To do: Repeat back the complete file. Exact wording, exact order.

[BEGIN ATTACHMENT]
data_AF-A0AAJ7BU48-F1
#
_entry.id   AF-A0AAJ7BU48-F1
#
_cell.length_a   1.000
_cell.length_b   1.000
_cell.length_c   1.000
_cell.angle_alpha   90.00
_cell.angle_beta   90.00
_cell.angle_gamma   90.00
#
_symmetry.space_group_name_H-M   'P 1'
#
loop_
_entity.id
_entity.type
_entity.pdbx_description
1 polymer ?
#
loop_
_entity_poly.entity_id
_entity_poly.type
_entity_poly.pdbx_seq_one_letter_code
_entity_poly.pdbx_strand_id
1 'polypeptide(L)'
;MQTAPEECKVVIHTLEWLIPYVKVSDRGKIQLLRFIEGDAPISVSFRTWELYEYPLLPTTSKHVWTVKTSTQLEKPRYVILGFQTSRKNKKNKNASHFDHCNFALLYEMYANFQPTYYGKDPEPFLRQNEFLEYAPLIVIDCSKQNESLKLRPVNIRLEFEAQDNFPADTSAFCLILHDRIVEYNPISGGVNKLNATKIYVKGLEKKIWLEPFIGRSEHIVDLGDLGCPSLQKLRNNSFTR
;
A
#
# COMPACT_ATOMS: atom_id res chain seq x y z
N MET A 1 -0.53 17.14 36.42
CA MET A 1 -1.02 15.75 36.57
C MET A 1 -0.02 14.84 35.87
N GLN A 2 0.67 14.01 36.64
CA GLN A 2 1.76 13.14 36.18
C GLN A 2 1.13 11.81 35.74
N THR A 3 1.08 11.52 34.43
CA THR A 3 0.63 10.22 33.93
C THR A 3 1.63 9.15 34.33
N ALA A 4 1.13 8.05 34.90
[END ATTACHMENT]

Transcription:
data_AF-A0AAJ7BU48-F1
#
_entry.id   AF-A0AAJ7BU48-F1
#
_cell.length_a   1.000
_cell.length_b   1.000
_cell.length_c   1.000
_cell.angle_alpha   90.00
_cell.angle_beta   90.00
_cell.angle_gamma   90.00
#
_symmetry.space_group_name_H-M   'P 1'
#
loop_
_entity.id
_entity.type
_entity.pdbx_description
1 polymer ?
#
loop_
_entity_poly.entity_id
_entity_poly.type
_entity_poly.pdbx_seq_one_letter_code
_entity_poly.pdbx_strand_id
1 'polypeptide(L)'
;MQTAPEECKVVIHTLEWLIPYVKVSDRGKIQLLRFIEGDAPISVSFRTWELYEYPLLPTTSKHVWTVKTSTQLEKPRYVILGFQTSRKNKKNKNASHFDHCNFALLYEMYANFQPTYYGKDPEPFLRQNEFLEYAPLIVIDCSKQNESLKLRPVNIRLEFEAQDNFPADTSAFCLILHDRIVEYNPISGGVNKLNATKIYVKGLEKKIWLEPFIGRSEHIVDLGDLGCPSLQKLRNNSFTR
;
A
#
# COMPACT_ATOMS: atom_id res chain seq x y z
N MET A 1 -0.53 17.14 36.42
CA MET A 1 -1.02 15.75 36.57
C MET A 1 -0.02 14.84 35.87
N GLN A 2 0.67 14.01 36.64
CA GLN A 2 1.76 13.14 36.18
C GLN A 2 1.13 11.81 35.74
N THR A 3 1.08 11.52 34.43
CA THR A 3 0.63 10.22 33.93
C THR A 3 1.63 9.15 34.33
N ALA A 4 1.13 8.05 34.90